Staircase Procedure for E-Prime
Developed by W. David Hairston Ph.D, in conjunction with the XMODAL and ANSIR Labs at Wake Forest University
Update 8/18/08 - version 1.2.1
- Added variable "UpDownRatio" - specified in the Paramters inline, this allows the user to choose a ratio between the sizes of "up" and "down" steps. E.g., value of "2" makes "up" steps (those made following an incorrect decision) 2x the size of "down" steps (those following a "correct" decision.
- Added a note in the text surrounding "NumReversalsToAverage" suggesting that the value chosen by experimenter should be even (helps balance weight of final values)
-*working* on additional examples using alternate rules (3 down, 1 up, 3 down, 2 upe, etc). To be included in a later release!
Update 8/7/08 - version 1.1
Fixed minor bug, improper reference of object name prevented compiling/running preoprly.
The E-Prime script contained in this folder provides an example of a simple self-adjusting staircase procedure. It was developed in E-Prime 1.2, and currently has NOT been tested in version 2.0 – however there are no known reasons why it might not work.
This description and implementation is based on the assumption of basic familiarity with staircase procedures. For the “seminal” reference, see Levitt ’71, “Transformed up-down methods in psychoacoustics”.
The “Parameters” Inline script, near the beginning of the primary procedure, allows declaration of all of the usual parameters of a psychophysical staircase.
Experimenter-defined variables include:
NumStairs – define the number of staircases to run. They will incre\iment independently of one another. *note this can be any number, but must not exceed what is listed in the main List object.
StepSize – this is the size of the steps at the beginning of the procedure. They can get smaller later.
Target(i) – this is the initial value the procedure will begin with. Each (i) represents a different staircase.
Min/MaxTarget – denote the min/mum allowable value that Target can become. In many cases (e.g., durations) min will be 1 or higher.
MaxReversals – the total number of response reversals per staircase re the procedure will terminate.
NumReversalsToAverage – as each staircase completes, it will calculate an average across the next X number of reversals in response.
RvrslStep2 - Number of reversals before decreasing step size the first time
StepSize_2 - Distance between steps after changing the first time
RvrslStep3 - Number of reversals before decreasing step size again
StepSize_3 - Distance between steps after changing the second time
This procedure employs a simple 2-down,1-up rule; each incorrect response INCREASES the target value by 1 step, while 2 consecutive correct responses must be made before the target is DECREASED by 1 step.
During operation, information regarding the status of each variable is printed to the E-Studio Debugger window. This is very useful for tracking subjects on-line. Additionally, a tab-delineated text file is written. It is entitled “Staircase” + subject ID + session ID.dat.
Use in other paradigms
This is designed to be easily copied and integrated into many other types of paradigms developed within E-Prime.
To copy the existing example into a new paradigm, you may simply use the Windows Copy/Paste functions. Copy, IN ENTIRETY, the following 4 components:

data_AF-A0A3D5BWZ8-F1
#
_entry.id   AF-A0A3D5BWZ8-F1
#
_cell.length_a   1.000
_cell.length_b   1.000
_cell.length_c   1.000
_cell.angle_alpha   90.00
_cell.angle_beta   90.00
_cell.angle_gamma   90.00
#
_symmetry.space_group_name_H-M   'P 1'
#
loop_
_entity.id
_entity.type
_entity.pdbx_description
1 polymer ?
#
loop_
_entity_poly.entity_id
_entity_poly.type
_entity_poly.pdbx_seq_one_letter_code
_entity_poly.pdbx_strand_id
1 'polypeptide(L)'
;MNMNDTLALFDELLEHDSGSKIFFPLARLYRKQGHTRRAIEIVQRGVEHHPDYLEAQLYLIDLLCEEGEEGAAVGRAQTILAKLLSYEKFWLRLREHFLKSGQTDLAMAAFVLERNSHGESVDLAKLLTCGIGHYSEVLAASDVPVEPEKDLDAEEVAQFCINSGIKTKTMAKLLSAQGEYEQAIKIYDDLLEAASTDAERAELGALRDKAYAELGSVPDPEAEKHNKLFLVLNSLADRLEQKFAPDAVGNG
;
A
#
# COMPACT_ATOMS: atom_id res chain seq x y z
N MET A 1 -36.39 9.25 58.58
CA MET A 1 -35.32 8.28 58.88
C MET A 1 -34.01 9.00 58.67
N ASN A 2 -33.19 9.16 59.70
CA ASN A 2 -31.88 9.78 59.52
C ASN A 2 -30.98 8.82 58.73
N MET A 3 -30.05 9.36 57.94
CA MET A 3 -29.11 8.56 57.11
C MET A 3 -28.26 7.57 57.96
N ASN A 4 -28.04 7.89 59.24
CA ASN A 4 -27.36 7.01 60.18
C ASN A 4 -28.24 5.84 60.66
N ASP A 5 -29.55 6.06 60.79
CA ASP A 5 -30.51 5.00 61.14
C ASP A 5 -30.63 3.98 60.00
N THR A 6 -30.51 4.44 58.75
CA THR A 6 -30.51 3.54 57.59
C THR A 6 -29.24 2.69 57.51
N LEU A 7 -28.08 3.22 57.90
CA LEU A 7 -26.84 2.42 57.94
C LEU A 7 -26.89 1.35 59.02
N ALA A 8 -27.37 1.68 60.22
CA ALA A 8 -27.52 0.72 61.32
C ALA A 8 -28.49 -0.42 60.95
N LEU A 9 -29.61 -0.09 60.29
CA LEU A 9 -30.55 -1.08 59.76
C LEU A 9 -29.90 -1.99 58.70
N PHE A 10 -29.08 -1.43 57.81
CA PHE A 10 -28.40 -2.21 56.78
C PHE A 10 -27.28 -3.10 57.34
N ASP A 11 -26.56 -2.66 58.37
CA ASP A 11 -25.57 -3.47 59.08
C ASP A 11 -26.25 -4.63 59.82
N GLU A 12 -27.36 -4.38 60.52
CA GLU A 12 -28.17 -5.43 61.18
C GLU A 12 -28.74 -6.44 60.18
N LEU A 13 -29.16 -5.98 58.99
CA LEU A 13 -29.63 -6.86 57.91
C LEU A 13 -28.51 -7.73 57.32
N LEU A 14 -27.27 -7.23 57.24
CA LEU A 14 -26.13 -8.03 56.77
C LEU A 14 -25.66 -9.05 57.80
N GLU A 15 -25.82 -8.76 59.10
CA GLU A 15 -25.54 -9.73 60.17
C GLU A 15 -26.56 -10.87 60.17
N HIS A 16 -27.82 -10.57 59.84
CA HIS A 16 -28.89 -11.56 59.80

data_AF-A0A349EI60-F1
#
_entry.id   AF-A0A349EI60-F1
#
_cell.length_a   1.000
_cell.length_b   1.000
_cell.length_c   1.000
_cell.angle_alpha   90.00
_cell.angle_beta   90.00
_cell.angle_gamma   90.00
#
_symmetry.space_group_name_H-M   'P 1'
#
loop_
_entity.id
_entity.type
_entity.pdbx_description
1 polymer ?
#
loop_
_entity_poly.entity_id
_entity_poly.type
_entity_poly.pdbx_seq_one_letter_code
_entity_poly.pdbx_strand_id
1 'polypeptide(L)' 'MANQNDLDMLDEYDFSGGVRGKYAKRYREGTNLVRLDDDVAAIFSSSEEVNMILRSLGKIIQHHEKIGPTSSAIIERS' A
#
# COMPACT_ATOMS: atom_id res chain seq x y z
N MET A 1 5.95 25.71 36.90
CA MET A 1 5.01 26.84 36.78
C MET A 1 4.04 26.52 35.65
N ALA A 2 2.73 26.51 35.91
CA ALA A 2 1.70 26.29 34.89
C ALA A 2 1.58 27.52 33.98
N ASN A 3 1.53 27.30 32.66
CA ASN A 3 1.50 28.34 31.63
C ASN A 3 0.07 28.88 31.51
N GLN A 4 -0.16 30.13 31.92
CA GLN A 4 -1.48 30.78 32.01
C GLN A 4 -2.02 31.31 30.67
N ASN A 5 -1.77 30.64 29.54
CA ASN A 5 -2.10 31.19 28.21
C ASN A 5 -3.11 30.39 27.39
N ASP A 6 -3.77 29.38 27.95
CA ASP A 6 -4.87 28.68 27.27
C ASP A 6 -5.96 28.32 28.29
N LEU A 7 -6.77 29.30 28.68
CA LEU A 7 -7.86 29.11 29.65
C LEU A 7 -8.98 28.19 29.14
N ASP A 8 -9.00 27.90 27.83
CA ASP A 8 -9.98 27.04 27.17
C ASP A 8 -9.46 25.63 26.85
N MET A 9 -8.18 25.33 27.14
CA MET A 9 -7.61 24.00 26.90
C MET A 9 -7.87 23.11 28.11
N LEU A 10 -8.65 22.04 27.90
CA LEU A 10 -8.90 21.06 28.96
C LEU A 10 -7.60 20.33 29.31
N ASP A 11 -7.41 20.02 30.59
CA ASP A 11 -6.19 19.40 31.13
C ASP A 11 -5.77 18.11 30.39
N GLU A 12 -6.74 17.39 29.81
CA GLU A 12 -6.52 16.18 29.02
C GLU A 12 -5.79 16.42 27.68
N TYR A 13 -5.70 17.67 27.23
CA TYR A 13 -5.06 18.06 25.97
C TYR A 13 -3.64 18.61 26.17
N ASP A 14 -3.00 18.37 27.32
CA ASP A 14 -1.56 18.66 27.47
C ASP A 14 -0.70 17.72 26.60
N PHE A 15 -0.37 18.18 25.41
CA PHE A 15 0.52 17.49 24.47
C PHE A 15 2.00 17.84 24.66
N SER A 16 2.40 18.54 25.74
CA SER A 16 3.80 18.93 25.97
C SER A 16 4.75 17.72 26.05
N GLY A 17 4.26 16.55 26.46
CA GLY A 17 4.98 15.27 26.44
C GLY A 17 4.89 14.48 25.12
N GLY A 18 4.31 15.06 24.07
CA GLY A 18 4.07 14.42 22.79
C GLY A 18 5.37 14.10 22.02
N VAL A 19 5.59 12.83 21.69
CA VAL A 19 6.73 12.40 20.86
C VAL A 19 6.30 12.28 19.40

1 – the Parameters Inline script
*This must be placed early in your main procedure, before any other copied components
2 – the Definitions Inline script
*This needs to be placed at the beginning of the procedure that contains the stimuli being varied
3 – the Staircase Inline script
*This is usually best placed at the end of your trial procedure (with Definitions)
4 – the “user” primary Script (viewed by pressing “Alt+5” or selecting from the View drop-down menu. This contains all of the variable declarations for the above sript to function properly.
That should be it….
The provided script is embedded within an example auditory psychophysics experiment.
In this example, subjects perform a simple auditory temporal-order-judgment (TOJ) paradigm. Two tones are presented; they report which comes first, the high tone (660 Hz) or low tone (440Hz).
Here, the staircase is used to adjusted the SOA between tones on each trial. Correct responses lead to shorter SOA, while incorrect responses lead to longer SOA.
To make implementation simple, the sound files have been pre-recorded, and the procedure adjusted the Filename variable of the SoundOut object… filename “LH132.wav” is low tone-high-tone wit ha 132 ms SOA, and so on.
In this example, 3 staircases are run, and collapse across “high-first” and “low-first” conditions. Note that this is reflected in the ToneList List object, which contains 6 items, but the “staircase” value is replicated for every two conditions so that only 3 are used.
Any number of staircases may be used; however, the total cannot exceed what is listed in this object.
If you use this procedure in a published manuscript, PLEASE reference the following paper (I'm not getting any $$ from this, referencing is all I ask!!):
Hairston, W.D. and Maldjian, J.A. (2008) An adaptive staircase procedure for the E-Prime programming environment. Computer Methods and Programs in Biomedicine, doi:10.1016/j.cmpb.2008.08.003
At the moment it is only in "e-pub" status, but surely a hard-page reference will be available shortly.
Development of this software is a side-project, and will be updated only on rare occasions. If you find bugs or glitches, please feel free to inform me, and I will attempt to address them. However, no additional development is planned at this time.
If you find this tool to be useful, send me a postcard. Nice way to see the world on the cheap.
*please note the address change below*
Dr. W. David Hairston
Oak Ridge Affiliated Universities
Auditory Research Team, VAP,
Army Research Lab
Aberdeen Proving Ground, MD 21005